Grammatical Sketch of the Heve Language Shea's Library of American Linguistics. Volume III.

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It has been thought proper to use nineteen characters in the language, among which are not included f, j, k, w, x, y, nor l, although the sound of l is somewhat heard in the soft enunciation given by the Indian to the letter r.

The k is sufficiently supplied in the syllabic sounds que and qui, where the u is silent, although gue and gui are each of two syllables. There has been a disposition to omit the g also, the sound of which, as in go, if the natives had not originally, they certainly possess at present, got from the Spaniards. This should excuse its appearance here. The sound of z is strong as heard in fits.

The vowels are sounded as in tar, bear, silk, doe, rue.


Substantives in this language are declined without the use of articles.

2. Those which may be called verbal, from their origin in verbs, are much used: hiósguadauh, painting, or writing, is the passive (is painted) of the present active hiósguan, I paint. They have their times: hiósguadauh is in the present, expressing the picture I form now of the passive preterite hiósguacauh, the work I have executed, of which hiósguatzidaugh, the picture I will make, is the future passive: and when to these verbal substantives is added the particle gua, it denotes place, as, No hiósguadauhgua, the place where I paint, etc.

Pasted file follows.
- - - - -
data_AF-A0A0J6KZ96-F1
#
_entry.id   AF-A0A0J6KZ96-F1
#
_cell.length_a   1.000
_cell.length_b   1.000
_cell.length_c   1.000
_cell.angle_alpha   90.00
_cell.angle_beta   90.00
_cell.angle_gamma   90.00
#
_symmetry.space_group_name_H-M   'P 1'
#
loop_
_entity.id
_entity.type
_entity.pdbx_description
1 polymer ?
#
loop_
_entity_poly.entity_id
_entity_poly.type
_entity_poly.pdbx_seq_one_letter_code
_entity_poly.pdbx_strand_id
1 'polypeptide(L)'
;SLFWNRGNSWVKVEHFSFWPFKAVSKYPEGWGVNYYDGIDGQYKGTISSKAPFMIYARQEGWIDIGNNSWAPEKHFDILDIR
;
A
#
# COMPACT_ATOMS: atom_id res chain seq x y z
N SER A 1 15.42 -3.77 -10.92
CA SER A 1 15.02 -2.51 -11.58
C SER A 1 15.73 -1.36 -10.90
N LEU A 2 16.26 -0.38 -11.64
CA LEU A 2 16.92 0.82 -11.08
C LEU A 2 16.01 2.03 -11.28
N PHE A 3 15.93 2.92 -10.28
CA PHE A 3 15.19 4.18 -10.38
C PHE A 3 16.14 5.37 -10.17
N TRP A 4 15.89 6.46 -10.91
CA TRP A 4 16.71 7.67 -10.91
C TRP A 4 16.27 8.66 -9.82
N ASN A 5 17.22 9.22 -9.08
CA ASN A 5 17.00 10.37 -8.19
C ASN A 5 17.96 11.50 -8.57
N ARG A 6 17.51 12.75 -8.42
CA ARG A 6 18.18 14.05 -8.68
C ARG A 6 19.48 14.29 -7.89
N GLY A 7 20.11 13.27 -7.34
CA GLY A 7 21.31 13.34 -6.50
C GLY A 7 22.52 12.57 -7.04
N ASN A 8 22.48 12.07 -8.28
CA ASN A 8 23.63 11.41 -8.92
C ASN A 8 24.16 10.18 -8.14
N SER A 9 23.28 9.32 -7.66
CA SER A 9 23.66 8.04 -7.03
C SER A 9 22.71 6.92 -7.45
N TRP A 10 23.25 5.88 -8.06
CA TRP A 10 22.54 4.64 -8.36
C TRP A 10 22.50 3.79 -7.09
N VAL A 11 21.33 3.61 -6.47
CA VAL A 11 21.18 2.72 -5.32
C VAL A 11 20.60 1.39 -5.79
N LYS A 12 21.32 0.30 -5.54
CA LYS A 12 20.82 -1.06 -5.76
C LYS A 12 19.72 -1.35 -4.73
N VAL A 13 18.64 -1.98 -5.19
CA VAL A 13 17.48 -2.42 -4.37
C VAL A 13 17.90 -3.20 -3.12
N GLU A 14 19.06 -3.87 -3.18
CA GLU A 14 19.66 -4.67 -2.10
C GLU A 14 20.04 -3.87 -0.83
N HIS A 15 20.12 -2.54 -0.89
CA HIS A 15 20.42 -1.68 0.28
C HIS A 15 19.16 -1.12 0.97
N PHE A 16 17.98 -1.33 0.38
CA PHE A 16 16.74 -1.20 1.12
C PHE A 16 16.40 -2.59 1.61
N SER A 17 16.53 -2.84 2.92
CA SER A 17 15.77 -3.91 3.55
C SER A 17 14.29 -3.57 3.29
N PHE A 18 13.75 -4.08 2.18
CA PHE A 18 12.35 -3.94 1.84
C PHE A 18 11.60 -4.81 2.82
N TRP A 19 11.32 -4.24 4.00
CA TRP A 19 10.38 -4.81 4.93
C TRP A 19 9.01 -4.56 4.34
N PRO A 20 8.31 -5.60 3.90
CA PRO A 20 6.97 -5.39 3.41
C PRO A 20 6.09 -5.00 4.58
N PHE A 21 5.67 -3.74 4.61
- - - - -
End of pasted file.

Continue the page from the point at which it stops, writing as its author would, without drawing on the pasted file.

3. But words signifying kindred, have their termination usually in gua also, for which



4, 5. Other verbal substantives, signifying instruments, are made from the future active: thus, the verb métecan, I chop, having métetze in the future, receives siven in lieu of the final syllable, and makes the substantive, métesiven, axe or tool with which to chop. Many of these words likewise terminate in rina, as bГѓ­cusirina, flute, from bГѓ­cudan, I whistle, and bГѓ­hirina, shovel, from bihán, I scrape.


6, 7. Many abstract nouns are formed by the addition of the particle ragua, as váde, joyously; váderagua, joy; déni, good; déniragua, goodness; dóhme, man, or people; dóhmeragua, humanity; and so diósragua, divinity. Others, substantive nouns, applied to certain places end in súra, as, omásúra, canebrake, from om, cane, and súra, in or among; huérigosúra, reedfield; húparosúra, mesquitscrub: and so a town is called Opósúra, because it is among some trees called opó, elm.

8. The verbs are substantives likewise, and as such are declined as much so as the same words are conjugated when verbs: thus, nemútzan, I bewitch, is also wizard, and hiósguan, I write, is scrivener; but it is to be observed of these substantives, as well as of those which end in daugh, that they too have equally their times, as nemútzan, the wizard—that is now, in the present; nemútzari, the preterite that has; nemútzatze, the future that will, with the difference that these terminations are active, while those in daugh, etc., are passive.


9, 10, 11, 12. The many adjective nouns ending in téri, and ei, signify quality, as, bavitéri, elegant; aresumetéri, different or distinct; tasúquei, narrow; asóquei, thick; sútei, white; and so of the rest signifying color....